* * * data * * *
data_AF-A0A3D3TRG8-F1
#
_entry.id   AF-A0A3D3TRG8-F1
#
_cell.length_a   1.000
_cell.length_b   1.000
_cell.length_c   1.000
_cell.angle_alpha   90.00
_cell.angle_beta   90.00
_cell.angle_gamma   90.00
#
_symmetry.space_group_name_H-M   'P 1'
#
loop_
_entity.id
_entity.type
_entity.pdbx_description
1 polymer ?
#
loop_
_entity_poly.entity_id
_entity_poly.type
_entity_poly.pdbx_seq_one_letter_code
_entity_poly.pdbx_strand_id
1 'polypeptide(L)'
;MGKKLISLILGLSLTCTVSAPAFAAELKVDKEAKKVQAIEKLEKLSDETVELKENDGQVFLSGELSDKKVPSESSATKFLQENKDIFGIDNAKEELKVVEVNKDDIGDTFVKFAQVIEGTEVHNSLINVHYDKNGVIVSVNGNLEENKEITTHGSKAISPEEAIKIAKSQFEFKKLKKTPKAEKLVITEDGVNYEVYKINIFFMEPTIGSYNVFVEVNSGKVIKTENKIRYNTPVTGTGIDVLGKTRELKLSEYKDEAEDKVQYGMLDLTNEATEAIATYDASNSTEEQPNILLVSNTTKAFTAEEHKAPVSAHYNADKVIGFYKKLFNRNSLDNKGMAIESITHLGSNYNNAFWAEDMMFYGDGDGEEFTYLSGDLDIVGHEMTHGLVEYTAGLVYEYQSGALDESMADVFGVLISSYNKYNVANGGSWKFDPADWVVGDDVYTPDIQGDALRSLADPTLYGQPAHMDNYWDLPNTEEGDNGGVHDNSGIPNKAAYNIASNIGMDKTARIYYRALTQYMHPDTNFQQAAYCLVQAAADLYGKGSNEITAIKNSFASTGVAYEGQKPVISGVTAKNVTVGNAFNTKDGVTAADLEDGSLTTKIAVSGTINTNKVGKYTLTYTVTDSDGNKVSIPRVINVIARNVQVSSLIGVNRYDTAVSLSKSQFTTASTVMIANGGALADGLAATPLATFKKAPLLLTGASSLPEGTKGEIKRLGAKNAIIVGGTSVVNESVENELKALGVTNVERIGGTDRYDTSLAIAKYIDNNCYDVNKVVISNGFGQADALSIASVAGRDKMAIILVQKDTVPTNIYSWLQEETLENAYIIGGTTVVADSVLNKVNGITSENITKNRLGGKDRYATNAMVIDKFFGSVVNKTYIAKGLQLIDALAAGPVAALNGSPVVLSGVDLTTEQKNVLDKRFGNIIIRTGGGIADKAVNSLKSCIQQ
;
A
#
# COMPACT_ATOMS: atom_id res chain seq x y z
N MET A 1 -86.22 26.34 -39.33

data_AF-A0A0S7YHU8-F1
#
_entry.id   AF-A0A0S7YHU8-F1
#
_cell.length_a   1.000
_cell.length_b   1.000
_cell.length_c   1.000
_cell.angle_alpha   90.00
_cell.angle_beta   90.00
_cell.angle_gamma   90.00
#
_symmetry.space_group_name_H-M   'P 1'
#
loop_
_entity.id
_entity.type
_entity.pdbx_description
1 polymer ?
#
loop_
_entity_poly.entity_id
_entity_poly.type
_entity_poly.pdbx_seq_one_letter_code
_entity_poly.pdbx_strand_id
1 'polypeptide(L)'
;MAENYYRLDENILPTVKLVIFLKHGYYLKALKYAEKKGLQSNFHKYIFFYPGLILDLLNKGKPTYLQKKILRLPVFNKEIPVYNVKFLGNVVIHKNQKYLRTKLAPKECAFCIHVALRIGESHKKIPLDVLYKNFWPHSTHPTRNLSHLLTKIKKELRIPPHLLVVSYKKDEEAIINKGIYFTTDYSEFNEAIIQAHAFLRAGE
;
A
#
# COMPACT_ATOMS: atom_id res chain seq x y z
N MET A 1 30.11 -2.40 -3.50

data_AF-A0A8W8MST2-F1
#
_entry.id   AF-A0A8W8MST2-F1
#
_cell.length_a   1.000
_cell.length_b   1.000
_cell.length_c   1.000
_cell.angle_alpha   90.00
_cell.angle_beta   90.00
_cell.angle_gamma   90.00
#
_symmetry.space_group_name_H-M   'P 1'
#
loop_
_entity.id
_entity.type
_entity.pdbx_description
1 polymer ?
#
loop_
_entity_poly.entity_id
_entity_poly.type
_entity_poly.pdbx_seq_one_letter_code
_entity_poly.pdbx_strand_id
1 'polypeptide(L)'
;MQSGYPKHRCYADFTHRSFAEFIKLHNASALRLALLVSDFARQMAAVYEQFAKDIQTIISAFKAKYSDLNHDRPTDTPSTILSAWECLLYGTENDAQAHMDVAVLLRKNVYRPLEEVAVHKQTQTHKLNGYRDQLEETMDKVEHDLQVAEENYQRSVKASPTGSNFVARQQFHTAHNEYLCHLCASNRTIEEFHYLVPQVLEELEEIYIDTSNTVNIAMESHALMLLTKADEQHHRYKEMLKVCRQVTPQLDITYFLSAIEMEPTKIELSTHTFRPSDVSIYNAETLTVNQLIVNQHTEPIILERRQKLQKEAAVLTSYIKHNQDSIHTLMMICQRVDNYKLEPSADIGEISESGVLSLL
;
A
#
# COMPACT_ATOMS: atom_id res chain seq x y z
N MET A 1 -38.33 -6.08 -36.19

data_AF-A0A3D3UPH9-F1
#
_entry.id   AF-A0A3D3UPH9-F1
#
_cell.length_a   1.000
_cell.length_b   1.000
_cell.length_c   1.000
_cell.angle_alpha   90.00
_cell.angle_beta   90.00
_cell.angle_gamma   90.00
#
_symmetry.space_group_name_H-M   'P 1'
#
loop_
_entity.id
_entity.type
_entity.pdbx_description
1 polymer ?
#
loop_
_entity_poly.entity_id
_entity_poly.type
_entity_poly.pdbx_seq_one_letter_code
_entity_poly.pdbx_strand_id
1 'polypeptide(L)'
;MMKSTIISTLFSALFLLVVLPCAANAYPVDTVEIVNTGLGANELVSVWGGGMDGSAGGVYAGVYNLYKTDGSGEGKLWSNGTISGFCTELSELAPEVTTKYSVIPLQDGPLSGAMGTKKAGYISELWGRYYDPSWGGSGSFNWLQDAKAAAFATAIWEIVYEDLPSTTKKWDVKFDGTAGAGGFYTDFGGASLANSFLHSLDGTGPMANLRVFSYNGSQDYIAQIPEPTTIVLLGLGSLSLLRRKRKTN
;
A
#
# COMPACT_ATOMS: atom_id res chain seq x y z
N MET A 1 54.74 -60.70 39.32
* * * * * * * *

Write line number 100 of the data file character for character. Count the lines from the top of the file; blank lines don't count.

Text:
_cell.length_c   1.000